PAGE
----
Corona World: China rejected Trump’s demand to send an investigation team to Wuhan to probe COVID-19 emergency
- US has launched an investigation into whether the deadly virus “escaped” from the Wuhan Institute of Virology
- US-China relations at a low as ‘blame-shifting’ amid coronavirus outbreak
World: China firmly rejected US President Donald Trump‘s demand to allow an American team into Wuhan to investigate the origins of the novel coronavirus, saying it was also a “victim and not a culprit” of the COVID-19.
Describing the novel coronavirus as a plague, Trump said that he is not happy with China where the pandemic emerged in December last year in Wuhan, the capital of central China’s Hubei province.
“We spoke to them (Chinese) a long time ago about going in. We want to go in. We want to see what’s going on. And we weren’t exactly invited, I can tell you that,” Trump told reporters.
The US has launched an investigation into whether the deadly virus “escaped” from the Wuhan Institute of Virology.
Reacting to Trump’s comments, Chinese Foreign Ministry spokesman Geng Shuang told a media briefing here that “the virus is the common enemy for all mankind”.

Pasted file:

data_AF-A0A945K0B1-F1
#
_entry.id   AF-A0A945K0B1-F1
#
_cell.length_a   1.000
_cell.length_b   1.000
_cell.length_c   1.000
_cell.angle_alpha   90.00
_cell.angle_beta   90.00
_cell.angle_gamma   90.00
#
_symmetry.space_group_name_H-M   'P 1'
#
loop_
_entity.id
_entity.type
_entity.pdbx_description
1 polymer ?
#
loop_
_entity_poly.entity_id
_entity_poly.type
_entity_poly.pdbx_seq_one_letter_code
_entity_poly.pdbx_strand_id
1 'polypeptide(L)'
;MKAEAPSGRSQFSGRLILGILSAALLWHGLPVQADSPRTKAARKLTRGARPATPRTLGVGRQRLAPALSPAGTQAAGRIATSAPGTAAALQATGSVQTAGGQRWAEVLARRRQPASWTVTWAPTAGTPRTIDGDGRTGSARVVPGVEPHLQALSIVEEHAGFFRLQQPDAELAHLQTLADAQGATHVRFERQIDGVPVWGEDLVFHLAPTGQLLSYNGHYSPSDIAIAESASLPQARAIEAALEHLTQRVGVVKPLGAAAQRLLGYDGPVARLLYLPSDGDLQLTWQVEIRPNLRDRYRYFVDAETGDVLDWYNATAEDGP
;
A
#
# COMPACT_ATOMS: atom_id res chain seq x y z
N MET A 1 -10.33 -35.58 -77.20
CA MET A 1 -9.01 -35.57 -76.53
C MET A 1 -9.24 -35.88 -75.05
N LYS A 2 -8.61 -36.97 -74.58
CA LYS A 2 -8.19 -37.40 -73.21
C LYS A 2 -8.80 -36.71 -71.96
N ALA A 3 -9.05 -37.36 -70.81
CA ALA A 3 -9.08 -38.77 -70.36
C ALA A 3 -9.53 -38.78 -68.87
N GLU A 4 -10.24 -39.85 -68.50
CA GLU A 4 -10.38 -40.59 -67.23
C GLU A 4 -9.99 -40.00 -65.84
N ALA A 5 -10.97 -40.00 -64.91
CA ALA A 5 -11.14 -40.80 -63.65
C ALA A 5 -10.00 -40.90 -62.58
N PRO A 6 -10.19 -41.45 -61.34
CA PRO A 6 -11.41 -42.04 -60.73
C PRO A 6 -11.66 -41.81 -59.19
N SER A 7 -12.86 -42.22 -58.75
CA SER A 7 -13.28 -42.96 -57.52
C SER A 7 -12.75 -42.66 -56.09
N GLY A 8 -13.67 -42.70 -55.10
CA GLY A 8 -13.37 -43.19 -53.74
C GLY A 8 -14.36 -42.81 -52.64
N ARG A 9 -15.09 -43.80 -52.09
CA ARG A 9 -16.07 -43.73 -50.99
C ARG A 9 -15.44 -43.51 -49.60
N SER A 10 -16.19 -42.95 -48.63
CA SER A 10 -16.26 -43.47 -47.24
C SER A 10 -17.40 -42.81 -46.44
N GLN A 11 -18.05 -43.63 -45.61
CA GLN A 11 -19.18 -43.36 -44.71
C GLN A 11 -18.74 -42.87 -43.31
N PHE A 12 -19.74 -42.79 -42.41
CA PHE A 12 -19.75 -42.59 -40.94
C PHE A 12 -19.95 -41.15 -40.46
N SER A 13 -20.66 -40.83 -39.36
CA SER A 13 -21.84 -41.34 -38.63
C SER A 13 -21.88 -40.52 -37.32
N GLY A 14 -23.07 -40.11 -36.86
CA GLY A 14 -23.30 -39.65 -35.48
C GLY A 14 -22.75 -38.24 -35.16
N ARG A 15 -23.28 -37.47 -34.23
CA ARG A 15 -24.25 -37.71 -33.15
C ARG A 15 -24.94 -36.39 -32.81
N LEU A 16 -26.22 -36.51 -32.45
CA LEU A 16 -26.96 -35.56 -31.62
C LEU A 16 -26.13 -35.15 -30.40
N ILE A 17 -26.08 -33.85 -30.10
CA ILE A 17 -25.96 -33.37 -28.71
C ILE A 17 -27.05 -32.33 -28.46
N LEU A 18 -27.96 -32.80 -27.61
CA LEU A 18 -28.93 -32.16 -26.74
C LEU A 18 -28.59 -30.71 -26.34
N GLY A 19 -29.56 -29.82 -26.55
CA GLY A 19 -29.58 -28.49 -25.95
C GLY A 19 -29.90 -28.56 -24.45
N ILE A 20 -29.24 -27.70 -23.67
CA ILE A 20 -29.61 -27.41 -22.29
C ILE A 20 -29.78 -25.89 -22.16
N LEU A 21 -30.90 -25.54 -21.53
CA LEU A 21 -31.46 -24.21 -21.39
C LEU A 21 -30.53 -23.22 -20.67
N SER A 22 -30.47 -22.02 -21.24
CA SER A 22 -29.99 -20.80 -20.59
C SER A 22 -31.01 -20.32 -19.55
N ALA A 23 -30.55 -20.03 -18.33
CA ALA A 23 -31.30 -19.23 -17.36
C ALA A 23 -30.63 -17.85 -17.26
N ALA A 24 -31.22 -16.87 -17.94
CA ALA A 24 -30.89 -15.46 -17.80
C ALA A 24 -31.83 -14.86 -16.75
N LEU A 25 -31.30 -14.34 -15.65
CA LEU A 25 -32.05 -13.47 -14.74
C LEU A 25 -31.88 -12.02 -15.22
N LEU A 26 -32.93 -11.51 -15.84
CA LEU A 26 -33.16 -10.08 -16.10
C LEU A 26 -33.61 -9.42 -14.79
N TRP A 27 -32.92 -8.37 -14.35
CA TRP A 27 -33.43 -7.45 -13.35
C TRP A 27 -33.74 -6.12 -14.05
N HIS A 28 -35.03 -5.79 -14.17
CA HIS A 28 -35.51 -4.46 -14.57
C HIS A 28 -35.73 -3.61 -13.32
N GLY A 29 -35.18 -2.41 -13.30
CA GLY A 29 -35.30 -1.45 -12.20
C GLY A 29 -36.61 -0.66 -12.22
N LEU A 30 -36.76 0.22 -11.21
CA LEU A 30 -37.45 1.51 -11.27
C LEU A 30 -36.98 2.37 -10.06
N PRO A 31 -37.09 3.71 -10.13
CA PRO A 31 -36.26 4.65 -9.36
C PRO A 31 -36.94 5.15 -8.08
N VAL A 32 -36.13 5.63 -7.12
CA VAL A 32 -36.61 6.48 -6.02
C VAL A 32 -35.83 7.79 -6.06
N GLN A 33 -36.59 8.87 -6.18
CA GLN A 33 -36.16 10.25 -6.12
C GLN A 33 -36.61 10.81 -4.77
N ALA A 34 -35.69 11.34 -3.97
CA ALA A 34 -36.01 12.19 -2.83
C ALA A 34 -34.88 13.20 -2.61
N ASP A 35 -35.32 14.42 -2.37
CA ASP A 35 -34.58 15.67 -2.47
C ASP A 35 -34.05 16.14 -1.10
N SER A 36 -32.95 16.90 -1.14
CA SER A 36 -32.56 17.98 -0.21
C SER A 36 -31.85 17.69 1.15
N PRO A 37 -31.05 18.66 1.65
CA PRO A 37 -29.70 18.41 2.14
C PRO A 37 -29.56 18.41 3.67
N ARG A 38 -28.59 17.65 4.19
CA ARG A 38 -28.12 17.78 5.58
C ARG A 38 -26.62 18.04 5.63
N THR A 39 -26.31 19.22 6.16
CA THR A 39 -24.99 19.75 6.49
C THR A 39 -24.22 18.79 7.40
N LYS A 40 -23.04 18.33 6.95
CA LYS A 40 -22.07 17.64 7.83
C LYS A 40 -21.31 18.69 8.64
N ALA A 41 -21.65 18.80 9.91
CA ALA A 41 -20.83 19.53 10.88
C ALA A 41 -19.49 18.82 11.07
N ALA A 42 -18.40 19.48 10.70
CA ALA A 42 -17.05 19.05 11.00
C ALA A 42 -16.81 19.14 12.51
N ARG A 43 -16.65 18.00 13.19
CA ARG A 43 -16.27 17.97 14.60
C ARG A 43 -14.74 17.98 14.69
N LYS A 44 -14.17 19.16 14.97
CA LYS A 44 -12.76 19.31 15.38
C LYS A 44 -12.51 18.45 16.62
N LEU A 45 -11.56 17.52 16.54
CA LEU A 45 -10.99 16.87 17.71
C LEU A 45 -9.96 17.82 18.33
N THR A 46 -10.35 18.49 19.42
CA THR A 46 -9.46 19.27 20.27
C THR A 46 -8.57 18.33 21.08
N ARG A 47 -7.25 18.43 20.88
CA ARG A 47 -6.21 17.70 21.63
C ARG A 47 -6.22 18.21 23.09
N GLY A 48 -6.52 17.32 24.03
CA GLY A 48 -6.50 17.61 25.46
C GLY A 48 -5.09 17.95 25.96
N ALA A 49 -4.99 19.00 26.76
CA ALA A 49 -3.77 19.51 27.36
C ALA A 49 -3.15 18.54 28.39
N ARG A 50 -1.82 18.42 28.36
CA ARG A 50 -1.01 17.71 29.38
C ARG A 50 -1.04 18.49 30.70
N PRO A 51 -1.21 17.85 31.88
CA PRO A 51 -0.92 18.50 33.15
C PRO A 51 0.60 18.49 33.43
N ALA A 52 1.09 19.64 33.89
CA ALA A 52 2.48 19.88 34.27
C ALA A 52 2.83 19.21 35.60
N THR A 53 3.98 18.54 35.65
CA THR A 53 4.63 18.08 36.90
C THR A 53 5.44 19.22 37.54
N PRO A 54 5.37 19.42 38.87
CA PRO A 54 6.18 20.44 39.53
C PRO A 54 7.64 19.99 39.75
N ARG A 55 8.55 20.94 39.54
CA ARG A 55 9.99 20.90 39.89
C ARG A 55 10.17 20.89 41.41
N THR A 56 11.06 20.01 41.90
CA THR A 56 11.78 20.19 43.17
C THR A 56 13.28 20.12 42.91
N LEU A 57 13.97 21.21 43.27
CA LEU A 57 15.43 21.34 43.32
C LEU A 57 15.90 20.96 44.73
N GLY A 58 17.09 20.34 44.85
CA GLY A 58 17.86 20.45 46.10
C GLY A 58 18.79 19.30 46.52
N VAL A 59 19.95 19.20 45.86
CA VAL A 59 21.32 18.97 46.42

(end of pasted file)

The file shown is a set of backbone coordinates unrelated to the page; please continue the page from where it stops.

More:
“It may appear at anytime anywhere in the world. Like any other country, China is attacked by this virus. China is a victim instead of the culprit. We are not co-worker for this virus,” he said in a hard-hitting response to Trump’s plan to send a US probe team.
As the COVID-19 death toll in US crossed 45,297 and the total infections more than 8,24,698 highest in the world, Trump and several US politicians pressed for action against China for not sharing enough details of the virus early on, when it first emerged in Wuhan.
Geng said, “since the outbreak of the epidemic, China has been acting in an open, transparent and responsible manner with the most thorough and strong measures to stop the spread of the COVID-19”.
He said China‘s efforts to contain the virus has provided “valuable experience for the international community” to deal with the outbreak in their own countries.
“This is also part of our important contribution. The international community appreciated China for doing this,” he said.
Pointing to H1N1 influenza which was detected in US 2009 as well as HIV/AIDS and the 2008 financial crisis in America which turned into global economic crisis, Geng asked, “Did anyone ask US accountability?” He also turned down Australian Foreign Minister Marise Payne’s call for an international inquiry into coronavirus including its origins in China.
Payne said there should be a global inquiry without the involvement of the World Health Organisation (WHO) which has been accused by America of siding with China.
Geng said, “the remarks by FM of Australia are totally groundless. We express grave concern and firmly reject that.”
About allegations that the virus originated in Wuhan, Geng said “origin of virus is a serious scientific issue, which requires an assessment from scientists. We hope Australia (will) look at the issue in objective and meticulous manner.”